Outstanding! One panel keeps my battery topped off indefinitely. I can use 12-Volt power with "reckless abandon" during the day - running the "car" stereo in the camper, and whatever else, and by the end of the day, the battery is showing 12.8 volts and about 116 amp-hours on the charge controller display...full up! But...as the day wears on, I go into frugal mode and resort to my mantle and LED lights to save power for, wait for it, my electric blanket!!

I also installed this inverter: https://smile.amazon.com/gp/product/...?ie=UTF8&psc=1
My dual zone blanket needs a total of 360 watts. We run the blanket for about 20 minutes to warm the bed, then turn it off. Zero issues with 12-volt power to run the furnace, fridge, hot water heater, and the occasional pump run to flush and wash hands (I'm 68, and the old guys know what I'm talking about. )

How do I know how long my battery will last with the inverter? Voltage current resistance and electric power general basic electrical formulas mathematical calculations calculator formula for power calculating energy work equation power law watts understandimg general electrical pie chart electricity calculation
Input 12 volts and 400 watts, and you get 33 amps.
The battery at full charge will deliver over 100 amps for an hour (its rated amp-hours).
If I run the inverter at full load for an hour, I'd use up 33 amp-hours of the 100 I have available. If I run it for 20 minutes, I use up about 10 to 12 amp-hours. Negligible if the battery if fully charged.

About solar: As I looked into it, I think I discovered that all comparable systems use the exact same panel, no doubt made by one factory in China. Also, according to Windy Nation, there is little difference between monocrystaline and polycrystaline...except price. Poly used to be inferior, but no longer.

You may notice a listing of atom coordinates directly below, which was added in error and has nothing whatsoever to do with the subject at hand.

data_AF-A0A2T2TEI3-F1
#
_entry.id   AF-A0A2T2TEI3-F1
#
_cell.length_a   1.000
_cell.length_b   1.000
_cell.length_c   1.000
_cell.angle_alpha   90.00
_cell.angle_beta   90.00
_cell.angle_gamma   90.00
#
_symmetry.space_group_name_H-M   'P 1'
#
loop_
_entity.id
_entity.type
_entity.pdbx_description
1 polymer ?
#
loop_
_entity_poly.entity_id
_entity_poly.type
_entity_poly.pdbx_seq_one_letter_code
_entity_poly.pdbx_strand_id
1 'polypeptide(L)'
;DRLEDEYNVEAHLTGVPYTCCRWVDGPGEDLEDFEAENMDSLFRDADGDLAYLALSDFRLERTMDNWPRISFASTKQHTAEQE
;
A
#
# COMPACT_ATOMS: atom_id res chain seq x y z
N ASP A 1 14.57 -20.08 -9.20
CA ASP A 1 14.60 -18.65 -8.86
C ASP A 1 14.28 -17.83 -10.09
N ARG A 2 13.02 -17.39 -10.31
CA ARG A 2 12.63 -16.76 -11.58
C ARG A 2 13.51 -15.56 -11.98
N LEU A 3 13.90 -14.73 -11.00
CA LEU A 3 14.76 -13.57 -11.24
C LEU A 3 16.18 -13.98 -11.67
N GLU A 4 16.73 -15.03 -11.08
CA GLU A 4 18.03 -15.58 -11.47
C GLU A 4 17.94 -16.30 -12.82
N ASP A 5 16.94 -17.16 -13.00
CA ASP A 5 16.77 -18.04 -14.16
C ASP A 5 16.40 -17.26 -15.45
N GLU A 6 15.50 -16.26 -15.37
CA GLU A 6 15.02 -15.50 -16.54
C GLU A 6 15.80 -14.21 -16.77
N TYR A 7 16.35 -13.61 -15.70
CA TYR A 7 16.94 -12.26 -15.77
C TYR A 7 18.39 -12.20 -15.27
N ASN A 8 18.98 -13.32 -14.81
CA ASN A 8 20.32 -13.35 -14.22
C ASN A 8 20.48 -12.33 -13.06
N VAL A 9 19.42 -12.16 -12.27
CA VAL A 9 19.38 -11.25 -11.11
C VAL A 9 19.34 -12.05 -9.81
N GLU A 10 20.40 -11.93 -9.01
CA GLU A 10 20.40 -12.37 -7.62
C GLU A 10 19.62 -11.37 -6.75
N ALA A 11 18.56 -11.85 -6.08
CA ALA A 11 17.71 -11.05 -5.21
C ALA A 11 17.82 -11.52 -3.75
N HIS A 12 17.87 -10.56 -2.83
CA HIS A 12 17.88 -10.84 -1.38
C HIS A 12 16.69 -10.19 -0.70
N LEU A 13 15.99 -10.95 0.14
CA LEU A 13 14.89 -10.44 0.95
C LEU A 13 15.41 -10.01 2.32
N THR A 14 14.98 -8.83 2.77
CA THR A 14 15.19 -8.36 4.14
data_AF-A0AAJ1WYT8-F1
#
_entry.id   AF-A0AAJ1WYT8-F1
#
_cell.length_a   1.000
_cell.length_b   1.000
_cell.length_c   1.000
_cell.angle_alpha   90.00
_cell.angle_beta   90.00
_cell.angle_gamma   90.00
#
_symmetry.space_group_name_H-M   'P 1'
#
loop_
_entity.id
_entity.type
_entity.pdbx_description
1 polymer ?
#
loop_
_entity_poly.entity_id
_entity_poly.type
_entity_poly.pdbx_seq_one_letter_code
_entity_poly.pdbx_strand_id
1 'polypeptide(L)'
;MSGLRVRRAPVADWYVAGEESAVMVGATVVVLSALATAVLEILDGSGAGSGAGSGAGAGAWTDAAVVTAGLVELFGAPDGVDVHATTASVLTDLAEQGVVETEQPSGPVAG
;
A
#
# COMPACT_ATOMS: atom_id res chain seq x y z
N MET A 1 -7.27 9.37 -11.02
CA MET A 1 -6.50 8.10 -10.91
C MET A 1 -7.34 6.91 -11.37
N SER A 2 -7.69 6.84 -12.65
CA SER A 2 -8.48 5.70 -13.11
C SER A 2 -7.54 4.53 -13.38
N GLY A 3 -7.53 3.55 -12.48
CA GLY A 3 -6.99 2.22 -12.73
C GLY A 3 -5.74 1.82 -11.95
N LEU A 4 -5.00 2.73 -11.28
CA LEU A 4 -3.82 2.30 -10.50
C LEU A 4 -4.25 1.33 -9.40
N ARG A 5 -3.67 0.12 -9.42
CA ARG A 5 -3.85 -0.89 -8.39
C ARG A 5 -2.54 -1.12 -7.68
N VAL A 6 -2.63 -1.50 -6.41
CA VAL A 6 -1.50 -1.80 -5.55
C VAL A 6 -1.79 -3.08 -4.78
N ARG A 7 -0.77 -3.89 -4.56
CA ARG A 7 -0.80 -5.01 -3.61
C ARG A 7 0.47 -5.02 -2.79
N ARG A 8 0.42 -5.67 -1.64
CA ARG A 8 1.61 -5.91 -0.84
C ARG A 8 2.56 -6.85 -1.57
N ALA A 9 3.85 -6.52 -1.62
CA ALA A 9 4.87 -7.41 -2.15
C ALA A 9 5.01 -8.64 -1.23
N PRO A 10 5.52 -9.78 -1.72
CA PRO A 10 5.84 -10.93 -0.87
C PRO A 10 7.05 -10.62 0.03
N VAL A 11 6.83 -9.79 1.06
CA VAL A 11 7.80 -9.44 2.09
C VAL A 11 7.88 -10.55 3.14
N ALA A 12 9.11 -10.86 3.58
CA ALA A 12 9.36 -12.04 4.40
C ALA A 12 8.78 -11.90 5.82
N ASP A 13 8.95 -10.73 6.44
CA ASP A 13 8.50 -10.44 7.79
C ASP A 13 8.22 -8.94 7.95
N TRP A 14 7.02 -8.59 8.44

BUT THERE IS A HUGE DIFFERENCE in the charge controllers. You don't need a $200 charge controller, but if you go too cheap, they fail, they're inflexible, they're "stupid," and they might not be expandable. Mine may be the "Goldilocks" controller - just right. It can accept up to 4 panels - massive overkill for one battery - and it has the LCD display to tell you how you stand.

As I experimented with my system, I used a lot of power (the stereo and interior lights) one evening. We listened to music for about 3 hours using the built in Kenwood stereo. This thing has a display that has lit-up, animated LEDs in addition to the amp. It's a power hog. Then I checked the battery status on the LCD display of the solar charge controller. 11.8 volts and about 70 amp-hours left. Great info. A dead battery is 10 volts. Went to frugal mode and woke up with plenty of power to spare, then the sun went to work. Also note that we had a mix of clouds and sun with some thunderstorms. Still plenty of sun to charge the battery.

As I said, I have a PUP. I ran the wire from the panel to the charge controller 'outside' the camper, and I purchased a waterproof box and mounted the charge controller in the box just above the A-frame. I could have mounted it inside, but space is at a premium, and I wanted as few holes as possible in my tub. (There's one to get wire to the 400 watt inverter.)
Your installation could probably save about $50 compared to mine, but all-in, it cost me about $250 to install the Windy Nation kit - panel, connectors, wire, charge controller, and my accessory items - (which I bought during a sale for $150).
All-in, the inverter cost about $55 including longer connecting wire, crimp on connectors and already-open tube of silicone (used for the solar install) to seal up the hole in the tub for the wires to get into the cabin.